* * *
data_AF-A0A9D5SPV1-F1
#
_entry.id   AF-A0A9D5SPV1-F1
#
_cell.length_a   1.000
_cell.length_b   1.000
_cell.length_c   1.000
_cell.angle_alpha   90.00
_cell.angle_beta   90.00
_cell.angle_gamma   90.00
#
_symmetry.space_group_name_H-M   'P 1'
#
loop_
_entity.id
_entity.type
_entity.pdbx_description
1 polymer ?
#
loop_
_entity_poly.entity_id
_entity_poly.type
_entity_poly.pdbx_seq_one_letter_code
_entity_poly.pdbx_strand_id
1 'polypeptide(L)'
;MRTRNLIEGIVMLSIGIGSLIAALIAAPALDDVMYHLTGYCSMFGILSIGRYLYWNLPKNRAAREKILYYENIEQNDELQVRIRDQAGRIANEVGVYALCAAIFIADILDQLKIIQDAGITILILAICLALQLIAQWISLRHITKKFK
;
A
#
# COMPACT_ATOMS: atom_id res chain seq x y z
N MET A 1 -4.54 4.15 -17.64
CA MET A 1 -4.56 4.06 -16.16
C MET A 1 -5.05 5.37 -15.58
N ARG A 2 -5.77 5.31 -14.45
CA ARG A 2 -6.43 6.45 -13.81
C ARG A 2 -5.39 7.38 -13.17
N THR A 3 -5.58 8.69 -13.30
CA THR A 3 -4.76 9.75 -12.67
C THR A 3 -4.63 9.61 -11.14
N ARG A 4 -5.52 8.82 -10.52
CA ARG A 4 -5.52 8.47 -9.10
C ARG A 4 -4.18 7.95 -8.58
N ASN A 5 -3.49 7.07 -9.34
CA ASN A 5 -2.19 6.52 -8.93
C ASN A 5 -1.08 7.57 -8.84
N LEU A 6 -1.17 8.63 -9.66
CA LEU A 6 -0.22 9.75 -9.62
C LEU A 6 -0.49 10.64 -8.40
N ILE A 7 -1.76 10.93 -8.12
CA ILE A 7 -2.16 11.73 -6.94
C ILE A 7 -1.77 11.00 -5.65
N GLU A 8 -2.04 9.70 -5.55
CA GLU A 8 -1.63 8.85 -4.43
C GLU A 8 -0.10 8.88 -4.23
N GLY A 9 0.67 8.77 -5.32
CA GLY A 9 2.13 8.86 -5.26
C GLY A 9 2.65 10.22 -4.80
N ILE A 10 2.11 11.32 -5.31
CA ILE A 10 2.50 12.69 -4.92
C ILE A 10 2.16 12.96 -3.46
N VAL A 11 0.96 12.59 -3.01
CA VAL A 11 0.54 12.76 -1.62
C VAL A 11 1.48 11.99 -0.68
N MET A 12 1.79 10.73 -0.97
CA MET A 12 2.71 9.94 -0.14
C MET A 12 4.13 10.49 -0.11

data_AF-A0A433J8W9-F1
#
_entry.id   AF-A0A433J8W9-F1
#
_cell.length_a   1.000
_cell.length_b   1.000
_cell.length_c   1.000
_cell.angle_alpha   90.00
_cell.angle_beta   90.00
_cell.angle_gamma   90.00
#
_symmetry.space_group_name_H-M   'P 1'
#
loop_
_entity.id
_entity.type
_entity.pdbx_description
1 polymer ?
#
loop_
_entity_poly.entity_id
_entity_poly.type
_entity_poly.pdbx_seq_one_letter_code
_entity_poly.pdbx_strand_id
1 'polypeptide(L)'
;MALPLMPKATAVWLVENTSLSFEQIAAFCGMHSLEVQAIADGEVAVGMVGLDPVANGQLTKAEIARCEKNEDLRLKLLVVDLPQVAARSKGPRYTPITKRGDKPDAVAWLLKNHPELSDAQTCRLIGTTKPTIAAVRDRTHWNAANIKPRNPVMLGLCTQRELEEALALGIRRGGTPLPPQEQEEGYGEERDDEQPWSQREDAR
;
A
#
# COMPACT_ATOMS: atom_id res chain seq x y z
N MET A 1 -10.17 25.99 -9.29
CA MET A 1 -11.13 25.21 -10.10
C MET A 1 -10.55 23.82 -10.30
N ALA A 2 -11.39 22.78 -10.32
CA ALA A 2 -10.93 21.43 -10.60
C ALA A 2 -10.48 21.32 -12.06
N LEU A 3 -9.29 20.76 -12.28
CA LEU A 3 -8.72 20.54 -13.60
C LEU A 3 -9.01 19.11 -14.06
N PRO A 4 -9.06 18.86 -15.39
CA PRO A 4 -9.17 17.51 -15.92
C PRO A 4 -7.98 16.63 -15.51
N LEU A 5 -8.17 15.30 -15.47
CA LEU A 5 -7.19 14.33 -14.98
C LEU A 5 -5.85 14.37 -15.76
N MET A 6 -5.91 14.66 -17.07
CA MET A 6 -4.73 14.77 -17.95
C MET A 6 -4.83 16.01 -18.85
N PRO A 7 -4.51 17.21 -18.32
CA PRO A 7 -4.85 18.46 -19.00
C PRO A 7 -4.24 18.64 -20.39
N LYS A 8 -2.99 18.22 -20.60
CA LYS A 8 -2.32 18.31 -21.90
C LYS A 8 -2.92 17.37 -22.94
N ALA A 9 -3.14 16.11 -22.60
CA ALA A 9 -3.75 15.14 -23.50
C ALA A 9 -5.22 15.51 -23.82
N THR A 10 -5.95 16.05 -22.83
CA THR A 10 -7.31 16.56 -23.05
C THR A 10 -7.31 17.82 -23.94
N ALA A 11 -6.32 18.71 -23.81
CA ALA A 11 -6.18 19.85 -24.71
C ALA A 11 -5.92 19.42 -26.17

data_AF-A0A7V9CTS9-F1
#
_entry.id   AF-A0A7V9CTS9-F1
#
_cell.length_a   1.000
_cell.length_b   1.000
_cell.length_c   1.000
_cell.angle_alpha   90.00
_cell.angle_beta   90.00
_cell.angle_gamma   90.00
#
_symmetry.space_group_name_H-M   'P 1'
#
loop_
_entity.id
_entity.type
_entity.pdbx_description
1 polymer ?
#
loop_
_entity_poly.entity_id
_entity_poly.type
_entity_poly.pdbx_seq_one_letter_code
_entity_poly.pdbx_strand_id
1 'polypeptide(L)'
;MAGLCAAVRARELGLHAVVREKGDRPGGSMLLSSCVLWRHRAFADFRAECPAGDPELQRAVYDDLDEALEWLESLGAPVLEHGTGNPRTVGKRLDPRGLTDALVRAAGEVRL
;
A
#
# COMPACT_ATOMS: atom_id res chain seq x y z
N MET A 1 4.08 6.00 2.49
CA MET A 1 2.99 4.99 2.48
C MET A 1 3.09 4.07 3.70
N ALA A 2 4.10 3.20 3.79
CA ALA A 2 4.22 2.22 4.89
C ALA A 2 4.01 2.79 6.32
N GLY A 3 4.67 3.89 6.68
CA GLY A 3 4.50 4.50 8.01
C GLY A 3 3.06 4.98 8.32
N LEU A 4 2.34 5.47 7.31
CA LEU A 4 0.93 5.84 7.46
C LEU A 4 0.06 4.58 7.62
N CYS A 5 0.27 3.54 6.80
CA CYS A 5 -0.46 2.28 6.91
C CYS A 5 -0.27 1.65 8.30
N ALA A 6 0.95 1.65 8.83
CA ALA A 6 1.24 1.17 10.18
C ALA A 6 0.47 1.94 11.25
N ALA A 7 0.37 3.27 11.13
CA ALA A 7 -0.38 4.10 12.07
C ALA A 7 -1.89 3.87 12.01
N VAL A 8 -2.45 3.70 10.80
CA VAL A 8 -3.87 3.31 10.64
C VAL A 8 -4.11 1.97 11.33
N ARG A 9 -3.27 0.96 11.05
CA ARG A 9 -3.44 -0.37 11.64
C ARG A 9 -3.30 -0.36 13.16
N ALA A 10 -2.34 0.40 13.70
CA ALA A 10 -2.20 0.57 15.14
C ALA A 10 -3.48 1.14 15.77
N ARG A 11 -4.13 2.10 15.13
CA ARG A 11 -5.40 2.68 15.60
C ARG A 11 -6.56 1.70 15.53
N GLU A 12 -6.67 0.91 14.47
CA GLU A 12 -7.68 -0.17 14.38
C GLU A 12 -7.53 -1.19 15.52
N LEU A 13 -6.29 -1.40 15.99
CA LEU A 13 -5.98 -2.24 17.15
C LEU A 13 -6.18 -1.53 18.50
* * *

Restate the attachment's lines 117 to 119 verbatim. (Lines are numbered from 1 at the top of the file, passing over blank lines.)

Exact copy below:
C PRO A 7 -4.24 18.64 -20.39
N LYS A 8 -2.99 18.22 -20.60
CA LYS A 8 -2.32 18.31 -21.90